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What would be the simplest way to launch a script during the boot or desktop startup process in debian?

The script in question consists of a single command (ifup wlan0) to connect the wifi and requires root privileges. My system is debian testing, slim login manager, and jwm as window manager.

I have tried the following:

  1. creating the .service way with systemd. It starts the script, but turns it off at desktop login, can't figure out why.
  2. using the startup command in Jwm, but it fails I assume because launching ifup requires root privileges.
  3. put the command in the .bashrc file. same as the above
  4. place the script in the /etc/rc5.d directory.

nothing worked so far. suggestions?

1
  • 3
    Have you considered just using a standard method such as network manager (which does have CLI support).
    – jordanm
    Oct 8, 2018 at 6:37

2 Answers 2

9

In case anyone else needs to know, this is what eventually worked.

  1. create a /etc/rc.local file
  2. chmod it 755
  3. in the rc.local file I put:

Code:

#!/bin/sh -e
# This script is executed at the end of each multiuser runlevel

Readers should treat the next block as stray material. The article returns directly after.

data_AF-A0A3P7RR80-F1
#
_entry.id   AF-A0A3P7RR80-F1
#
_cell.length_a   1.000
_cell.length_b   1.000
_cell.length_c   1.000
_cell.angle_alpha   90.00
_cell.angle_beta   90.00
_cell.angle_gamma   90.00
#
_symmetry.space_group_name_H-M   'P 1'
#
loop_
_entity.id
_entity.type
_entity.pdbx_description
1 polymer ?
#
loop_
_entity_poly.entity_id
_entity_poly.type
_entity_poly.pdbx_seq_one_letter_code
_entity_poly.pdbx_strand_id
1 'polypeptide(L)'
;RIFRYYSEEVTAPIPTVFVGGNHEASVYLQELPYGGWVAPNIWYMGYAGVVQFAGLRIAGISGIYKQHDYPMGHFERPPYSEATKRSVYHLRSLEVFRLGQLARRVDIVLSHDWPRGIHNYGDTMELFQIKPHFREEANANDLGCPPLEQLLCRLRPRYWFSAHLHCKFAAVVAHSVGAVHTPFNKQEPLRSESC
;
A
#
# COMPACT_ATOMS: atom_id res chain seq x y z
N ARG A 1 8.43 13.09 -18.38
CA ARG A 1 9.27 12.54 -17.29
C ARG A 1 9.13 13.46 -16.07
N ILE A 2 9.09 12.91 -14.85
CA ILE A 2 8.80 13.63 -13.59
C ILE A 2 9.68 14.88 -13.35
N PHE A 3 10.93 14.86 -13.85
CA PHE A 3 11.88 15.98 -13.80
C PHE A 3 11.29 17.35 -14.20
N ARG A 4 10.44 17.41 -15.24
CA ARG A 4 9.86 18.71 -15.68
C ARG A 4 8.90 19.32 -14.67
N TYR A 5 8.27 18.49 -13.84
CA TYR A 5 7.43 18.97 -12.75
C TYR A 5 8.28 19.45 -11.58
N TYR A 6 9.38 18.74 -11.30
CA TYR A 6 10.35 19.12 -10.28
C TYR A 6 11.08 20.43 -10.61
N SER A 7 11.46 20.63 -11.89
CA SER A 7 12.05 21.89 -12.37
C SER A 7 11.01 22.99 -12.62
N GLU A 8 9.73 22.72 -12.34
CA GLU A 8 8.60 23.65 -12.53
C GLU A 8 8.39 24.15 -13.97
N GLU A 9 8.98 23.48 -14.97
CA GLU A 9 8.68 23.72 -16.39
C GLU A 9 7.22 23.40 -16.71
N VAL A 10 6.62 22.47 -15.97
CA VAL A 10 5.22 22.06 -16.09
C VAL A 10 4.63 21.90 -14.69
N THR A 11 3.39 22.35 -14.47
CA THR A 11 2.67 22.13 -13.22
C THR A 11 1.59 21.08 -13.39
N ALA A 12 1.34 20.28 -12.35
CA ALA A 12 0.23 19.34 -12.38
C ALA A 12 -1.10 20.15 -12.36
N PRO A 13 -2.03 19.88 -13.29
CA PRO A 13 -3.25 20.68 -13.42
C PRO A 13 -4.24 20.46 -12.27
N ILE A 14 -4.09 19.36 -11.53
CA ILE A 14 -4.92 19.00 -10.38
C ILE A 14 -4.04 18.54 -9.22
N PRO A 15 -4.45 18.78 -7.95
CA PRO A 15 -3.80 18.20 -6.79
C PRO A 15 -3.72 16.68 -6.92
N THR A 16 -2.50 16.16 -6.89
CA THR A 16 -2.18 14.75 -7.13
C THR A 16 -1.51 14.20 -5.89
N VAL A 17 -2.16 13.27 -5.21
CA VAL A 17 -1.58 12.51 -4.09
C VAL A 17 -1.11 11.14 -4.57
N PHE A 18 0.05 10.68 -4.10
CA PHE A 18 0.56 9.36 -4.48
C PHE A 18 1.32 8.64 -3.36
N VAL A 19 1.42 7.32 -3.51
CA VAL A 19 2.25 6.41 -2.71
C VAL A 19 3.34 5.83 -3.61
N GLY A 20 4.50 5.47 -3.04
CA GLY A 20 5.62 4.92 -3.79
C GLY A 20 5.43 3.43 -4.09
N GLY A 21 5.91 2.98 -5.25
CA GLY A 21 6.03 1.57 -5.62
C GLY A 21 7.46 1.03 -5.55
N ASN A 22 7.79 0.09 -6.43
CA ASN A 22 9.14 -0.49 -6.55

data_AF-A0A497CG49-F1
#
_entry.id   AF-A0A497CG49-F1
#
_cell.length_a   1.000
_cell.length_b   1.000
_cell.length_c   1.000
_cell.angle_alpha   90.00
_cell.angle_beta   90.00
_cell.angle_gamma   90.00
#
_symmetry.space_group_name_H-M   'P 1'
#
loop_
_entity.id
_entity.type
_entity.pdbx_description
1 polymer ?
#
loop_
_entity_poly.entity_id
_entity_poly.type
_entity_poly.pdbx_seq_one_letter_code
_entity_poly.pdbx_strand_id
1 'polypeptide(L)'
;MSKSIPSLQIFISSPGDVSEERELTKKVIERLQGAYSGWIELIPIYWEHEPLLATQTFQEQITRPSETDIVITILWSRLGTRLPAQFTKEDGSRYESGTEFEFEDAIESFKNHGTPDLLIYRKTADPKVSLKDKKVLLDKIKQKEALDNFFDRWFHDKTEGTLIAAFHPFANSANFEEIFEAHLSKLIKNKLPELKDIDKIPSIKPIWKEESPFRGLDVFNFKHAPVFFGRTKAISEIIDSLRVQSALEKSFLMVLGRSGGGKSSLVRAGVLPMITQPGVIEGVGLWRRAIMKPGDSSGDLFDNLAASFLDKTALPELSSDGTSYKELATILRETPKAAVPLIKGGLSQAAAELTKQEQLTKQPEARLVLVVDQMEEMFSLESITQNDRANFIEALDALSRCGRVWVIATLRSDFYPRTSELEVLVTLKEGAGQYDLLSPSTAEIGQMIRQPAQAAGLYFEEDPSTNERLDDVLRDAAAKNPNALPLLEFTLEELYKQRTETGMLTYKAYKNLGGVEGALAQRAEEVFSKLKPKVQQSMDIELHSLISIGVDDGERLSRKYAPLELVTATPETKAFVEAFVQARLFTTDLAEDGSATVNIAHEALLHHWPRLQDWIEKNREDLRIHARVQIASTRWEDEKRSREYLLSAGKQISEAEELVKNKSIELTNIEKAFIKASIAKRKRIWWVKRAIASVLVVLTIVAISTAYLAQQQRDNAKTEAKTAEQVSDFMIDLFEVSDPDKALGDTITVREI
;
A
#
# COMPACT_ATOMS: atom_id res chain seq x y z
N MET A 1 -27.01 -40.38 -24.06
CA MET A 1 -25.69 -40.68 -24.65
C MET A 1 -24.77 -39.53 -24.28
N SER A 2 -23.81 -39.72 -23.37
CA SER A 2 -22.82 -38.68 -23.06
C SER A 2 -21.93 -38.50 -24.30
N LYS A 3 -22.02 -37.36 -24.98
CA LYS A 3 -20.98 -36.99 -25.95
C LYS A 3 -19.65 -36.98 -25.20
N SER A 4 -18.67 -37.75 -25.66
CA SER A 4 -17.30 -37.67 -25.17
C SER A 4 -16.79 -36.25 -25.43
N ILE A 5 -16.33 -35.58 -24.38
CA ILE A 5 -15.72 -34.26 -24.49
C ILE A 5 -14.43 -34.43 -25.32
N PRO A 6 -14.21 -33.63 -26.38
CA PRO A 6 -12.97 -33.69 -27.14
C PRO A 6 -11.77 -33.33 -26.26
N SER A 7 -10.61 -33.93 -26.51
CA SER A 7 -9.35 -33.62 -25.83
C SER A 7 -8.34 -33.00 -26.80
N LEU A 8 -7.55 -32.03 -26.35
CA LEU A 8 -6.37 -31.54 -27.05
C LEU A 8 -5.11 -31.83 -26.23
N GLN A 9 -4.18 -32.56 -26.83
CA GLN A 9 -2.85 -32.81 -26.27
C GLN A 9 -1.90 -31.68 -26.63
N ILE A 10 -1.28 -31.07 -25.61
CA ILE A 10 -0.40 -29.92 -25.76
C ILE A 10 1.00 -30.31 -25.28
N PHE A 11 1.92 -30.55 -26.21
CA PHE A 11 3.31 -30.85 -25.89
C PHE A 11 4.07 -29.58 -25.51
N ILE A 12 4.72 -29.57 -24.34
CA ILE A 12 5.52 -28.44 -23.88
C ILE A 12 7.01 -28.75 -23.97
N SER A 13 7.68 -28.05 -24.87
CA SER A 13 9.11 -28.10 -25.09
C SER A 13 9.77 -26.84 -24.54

/path/to/my/script  

exit 0
4
  • 1
    NOTE: systemd will create a rc.local.service as a wrapper and run it at boot. Oct 9, 2018 at 17:40
  • 1
    Don't forget to make rc.local executable!
    – skryvets
    Jul 21, 2019 at 2:33
  • @skryvets chmod 755 makes it executable for all
    – chefarov
    Aug 29, 2019 at 8:46
  • 3
    The network is not ready when this file is executed. Sep 18, 2020 at 10:00
3

This works for me:

cat > /etc/init.d/my-start-script <<EOL
#! /bin/bash
### BEGIN INIT INFO
# Provides:       my-start-script
# Required-Start:    \$local_fs \$syslog
# Required-Stop:     \$local_fs \$syslog
# Default-Start:     2 3 4 5
# Default-Stop:      0 1 6
# Short-Description: starts my-start-script
# Description:       starts my-start-script using start-stop-daemon
### END INIT INFO

# put your script here

exit 0
EOL
chmod 755 /etc/init.d/my-start-script
update-rc.d my-start-script defaults

Your script should run after every reboot. The comments after /bin/bash are required for update-rc.d

1
  • This seems to be the right answer, however update-rc.d requires using sudo or similar.
    – Johan
    Sep 28, 2021 at 20:32

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